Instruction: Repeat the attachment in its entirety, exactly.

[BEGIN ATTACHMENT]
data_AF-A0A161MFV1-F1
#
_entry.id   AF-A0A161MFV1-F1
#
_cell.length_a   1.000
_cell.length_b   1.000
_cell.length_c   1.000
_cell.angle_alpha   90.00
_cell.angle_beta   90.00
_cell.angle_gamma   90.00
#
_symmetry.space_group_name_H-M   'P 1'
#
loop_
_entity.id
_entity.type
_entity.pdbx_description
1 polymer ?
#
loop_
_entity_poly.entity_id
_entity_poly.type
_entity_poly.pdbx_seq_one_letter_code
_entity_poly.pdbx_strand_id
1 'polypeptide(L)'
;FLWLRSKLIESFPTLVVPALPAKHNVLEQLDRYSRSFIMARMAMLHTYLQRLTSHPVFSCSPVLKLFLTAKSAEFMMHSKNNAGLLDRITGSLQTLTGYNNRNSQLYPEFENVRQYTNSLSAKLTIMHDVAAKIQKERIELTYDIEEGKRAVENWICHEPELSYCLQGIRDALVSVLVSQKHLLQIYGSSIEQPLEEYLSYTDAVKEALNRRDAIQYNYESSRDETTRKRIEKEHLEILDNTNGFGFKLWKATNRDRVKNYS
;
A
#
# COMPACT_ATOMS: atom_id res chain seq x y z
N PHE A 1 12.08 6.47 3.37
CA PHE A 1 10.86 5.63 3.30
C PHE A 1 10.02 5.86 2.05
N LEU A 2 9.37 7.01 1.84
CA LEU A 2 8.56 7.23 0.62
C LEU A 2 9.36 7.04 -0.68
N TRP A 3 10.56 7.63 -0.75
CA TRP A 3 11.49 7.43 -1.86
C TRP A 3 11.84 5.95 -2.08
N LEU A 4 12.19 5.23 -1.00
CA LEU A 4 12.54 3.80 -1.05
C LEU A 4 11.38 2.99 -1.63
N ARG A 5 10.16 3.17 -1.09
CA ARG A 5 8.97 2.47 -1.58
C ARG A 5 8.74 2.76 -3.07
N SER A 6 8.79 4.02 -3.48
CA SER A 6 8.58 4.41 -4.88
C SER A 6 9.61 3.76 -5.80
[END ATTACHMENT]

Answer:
data_AF-A0A161MFV1-F1
#
_entry.id   AF-A0A161MFV1-F1
#
_cell.length_a   1.000
_cell.length_b   1.000
_cell.length_c   1.000
_cell.angle_alpha   90.00
_cell.angle_beta   90.00
_cell.angle_gamma   90.00
#
_symmetry.space_group_name_H-M   'P 1'
#
loop_
_entity.id
_entity.type
_entity.pdbx_description
1 polymer ?
#
loop_
_entity_poly.entity_id
_entity_poly.type
_entity_poly.pdbx_seq_one_letter_code
_entity_poly.pdbx_strand_id
1 'polypeptide(L)'
;FLWLRSKLIESFPTLVVPALPAKHNVLEQLDRYSRSFIMARMAMLHTYLQRLTSHPVFSCSPVLKLFLTAKSAEFMMHSKNNAGLLDRITGSLQTLTGYNNRNSQLYPEFENVRQYTNSLSAKLTIMHDVAAKIQKERIELTYDIEEGKRAVENWICHEPELSYCLQGIRDALVSVLVSQKHLLQIYGSSIEQPLEEYLSYTDAVKEALNRRDAIQYNYESSRDETTRKRIEKEHLEILDNTNGFGFKLWKATNRDRVKNYS
;
A
#
# COMPACT_ATOMS: atom_id res chain seq x y z
N PHE A 1 12.08 6.47 3.37
CA PHE A 1 10.86 5.63 3.30
C PHE A 1 10.02 5.86 2.05
N LEU A 2 9.37 7.01 1.84
CA LEU A 2 8.56 7.23 0.62
C LEU A 2 9.36 7.04 -0.68
N TRP A 3 10.56 7.63 -0.75
CA TRP A 3 11.49 7.43 -1.86
C TRP A 3 11.84 5.95 -2.08
N LEU A 4 12.19 5.23 -1.00
CA LEU A 4 12.54 3.80 -1.05
C LEU A 4 11.38 2.99 -1.63
N ARG A 5 10.16 3.17 -1.09
CA ARG A 5 8.97 2.47 -1.58
C ARG A 5 8.74 2.76 -3.07
N SER A 6 8.79 4.02 -3.48
CA SER A 6 8.58 4.41 -4.88
C SER A 6 9.61 3.76 -5.80